That threat lies in the fact that unless the rules of the World Trade Organization are rewritten to take into account the economic fragility of small nations, globalization as a beneficial trading concept--capable as it is of bringing enormous gains--will self-destruct by virtue of the opprobrium it generates among the weak and the poor.

Individual Americans who come to these shores as tourists are appalled at what they perceive will be the inevitable results of Washington's stance on this issue. They see immediate economic destruction among a hardworking, landowning peasantry and a consequent breakdown of social order in a community trying hard to earn an honest living without the benefit of natural resources.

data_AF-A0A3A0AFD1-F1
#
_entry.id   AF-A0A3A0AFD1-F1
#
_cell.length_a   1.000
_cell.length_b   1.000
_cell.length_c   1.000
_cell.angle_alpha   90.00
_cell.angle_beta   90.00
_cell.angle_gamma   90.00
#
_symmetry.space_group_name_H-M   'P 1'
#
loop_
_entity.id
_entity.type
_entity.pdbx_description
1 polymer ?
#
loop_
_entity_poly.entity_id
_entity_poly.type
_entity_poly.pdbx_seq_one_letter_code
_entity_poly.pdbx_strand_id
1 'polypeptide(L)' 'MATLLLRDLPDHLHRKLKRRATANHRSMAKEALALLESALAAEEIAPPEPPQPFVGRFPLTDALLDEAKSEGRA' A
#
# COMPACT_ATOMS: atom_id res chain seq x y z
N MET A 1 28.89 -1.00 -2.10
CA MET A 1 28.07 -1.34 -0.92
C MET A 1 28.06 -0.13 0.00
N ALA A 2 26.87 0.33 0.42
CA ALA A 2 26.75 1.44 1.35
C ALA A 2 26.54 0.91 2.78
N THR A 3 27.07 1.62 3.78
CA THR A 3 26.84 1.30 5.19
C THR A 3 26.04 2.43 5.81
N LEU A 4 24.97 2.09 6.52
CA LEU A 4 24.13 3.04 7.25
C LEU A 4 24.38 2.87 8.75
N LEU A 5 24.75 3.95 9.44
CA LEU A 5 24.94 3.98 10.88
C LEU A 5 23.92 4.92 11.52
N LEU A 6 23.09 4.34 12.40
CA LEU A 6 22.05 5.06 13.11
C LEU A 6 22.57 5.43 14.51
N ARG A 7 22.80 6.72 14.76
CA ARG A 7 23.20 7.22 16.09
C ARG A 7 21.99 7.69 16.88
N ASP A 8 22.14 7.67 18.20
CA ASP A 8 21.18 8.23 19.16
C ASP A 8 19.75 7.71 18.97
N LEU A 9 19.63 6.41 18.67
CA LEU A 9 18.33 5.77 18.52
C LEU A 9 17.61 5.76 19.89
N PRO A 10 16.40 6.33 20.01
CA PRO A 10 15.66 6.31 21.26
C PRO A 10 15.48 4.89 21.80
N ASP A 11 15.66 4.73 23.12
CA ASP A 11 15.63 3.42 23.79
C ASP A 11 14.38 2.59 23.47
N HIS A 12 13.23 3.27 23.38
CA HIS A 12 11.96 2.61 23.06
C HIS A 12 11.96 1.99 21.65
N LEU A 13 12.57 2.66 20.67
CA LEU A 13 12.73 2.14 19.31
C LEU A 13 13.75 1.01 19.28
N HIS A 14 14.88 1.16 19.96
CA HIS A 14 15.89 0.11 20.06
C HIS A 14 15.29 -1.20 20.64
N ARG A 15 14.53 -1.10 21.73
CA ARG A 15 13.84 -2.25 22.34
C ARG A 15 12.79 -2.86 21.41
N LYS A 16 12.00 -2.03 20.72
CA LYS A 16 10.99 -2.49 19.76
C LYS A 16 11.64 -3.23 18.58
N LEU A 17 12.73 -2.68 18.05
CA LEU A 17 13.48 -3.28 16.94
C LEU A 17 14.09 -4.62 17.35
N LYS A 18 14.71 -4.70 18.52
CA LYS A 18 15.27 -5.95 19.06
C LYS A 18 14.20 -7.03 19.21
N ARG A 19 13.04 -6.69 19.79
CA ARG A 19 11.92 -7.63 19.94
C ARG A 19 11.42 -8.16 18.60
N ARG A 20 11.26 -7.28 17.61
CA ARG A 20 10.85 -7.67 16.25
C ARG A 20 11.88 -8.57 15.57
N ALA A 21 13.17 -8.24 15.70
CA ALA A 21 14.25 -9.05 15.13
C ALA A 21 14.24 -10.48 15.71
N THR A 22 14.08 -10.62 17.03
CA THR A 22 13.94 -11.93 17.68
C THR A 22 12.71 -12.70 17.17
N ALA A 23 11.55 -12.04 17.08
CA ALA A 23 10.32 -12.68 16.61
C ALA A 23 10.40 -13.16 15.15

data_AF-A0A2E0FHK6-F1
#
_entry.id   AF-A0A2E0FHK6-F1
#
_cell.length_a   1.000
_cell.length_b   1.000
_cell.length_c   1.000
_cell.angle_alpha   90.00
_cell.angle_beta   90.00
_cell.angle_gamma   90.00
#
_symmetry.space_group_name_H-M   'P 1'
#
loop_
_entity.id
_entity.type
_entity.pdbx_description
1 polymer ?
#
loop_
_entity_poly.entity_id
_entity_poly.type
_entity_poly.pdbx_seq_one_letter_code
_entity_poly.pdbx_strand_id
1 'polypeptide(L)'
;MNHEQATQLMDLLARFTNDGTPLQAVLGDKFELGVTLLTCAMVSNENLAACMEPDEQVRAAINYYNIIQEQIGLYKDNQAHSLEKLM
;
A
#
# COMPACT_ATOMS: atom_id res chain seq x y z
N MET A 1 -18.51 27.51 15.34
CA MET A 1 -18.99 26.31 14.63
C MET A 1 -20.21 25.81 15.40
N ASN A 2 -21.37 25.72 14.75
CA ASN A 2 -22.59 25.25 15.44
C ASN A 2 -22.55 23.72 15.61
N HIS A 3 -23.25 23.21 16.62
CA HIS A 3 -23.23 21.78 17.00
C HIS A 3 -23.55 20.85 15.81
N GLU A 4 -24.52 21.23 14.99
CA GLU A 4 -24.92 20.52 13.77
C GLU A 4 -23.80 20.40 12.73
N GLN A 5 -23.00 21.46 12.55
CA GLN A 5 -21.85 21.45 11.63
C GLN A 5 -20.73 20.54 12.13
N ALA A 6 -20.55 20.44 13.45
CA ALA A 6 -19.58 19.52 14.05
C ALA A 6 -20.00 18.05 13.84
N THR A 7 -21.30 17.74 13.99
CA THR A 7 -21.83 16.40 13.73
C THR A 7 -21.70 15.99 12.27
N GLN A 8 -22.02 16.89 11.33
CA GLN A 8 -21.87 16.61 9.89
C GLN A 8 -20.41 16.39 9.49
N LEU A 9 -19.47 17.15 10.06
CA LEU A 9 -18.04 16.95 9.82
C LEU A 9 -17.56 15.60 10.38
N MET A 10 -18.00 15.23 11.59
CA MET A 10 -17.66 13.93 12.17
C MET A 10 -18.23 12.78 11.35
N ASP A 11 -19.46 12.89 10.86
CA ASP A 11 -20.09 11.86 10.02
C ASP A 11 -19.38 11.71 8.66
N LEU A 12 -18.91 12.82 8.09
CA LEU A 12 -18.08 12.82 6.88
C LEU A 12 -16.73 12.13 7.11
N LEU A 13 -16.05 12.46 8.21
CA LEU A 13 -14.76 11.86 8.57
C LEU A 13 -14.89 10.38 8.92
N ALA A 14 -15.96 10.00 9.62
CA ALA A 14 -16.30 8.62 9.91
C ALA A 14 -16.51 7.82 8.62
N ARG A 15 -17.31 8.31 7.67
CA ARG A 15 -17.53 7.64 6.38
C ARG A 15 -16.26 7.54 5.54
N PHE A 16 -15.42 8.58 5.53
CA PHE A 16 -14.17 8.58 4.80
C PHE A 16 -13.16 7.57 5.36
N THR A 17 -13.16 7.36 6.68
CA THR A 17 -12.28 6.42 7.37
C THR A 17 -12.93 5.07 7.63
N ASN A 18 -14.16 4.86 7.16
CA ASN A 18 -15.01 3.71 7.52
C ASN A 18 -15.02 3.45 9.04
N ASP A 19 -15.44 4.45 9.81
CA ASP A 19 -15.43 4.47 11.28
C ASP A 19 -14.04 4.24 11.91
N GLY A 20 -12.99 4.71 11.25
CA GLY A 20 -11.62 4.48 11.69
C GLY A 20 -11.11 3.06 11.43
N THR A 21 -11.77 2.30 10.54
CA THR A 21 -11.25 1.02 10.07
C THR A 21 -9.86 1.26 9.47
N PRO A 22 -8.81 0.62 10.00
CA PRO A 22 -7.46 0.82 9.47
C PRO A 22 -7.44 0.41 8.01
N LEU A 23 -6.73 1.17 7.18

Your own economy has done a wonderful job in expanding and generating wealth, and we can learn much from your model. But don't let material progress blind you to simple justice.

F.N. Devaux
St. Lucia, West Indies



''Make kiddie seats mandatory'' (Personal Business, Mar. 29)

''Make kiddie seats mandatory,'' (Personal Business, Mar. 29), which appeared in some editions, erroneously stated that a US Airways plane crashed in Sioux City, Iowa, in 1989; it was a United Airlines flight.



''CBS: Can Mel Karmazin reinvent network TV?'' (Cover Story, Apr. 5)

Because of a typographical error, ''CBS: Can Mel Karmazin reinvent network TV?'' (Cover Story, Apr. 5) stated that CBS Corp. is a ''media giant with $26 billion.'' It should have read ''worth $26 billion.''





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LETTERS:
It's Time for a ''Chief E-Business Officer''

American Education Needs These Reforms

Malaysia's Cyber Corridor Boasts Some Successes

Businesses Are Cool on a Global Warming Accord

The Sunny Side of Protectionism

CORRECTIONS & CLARIFICATIONS:
''Make kiddie seats mandatory'' (Personal Business, Mar. 22)

''CBS: Can Mel Karmazin reinvent network TV?'' (Cover Story, Apr. 5)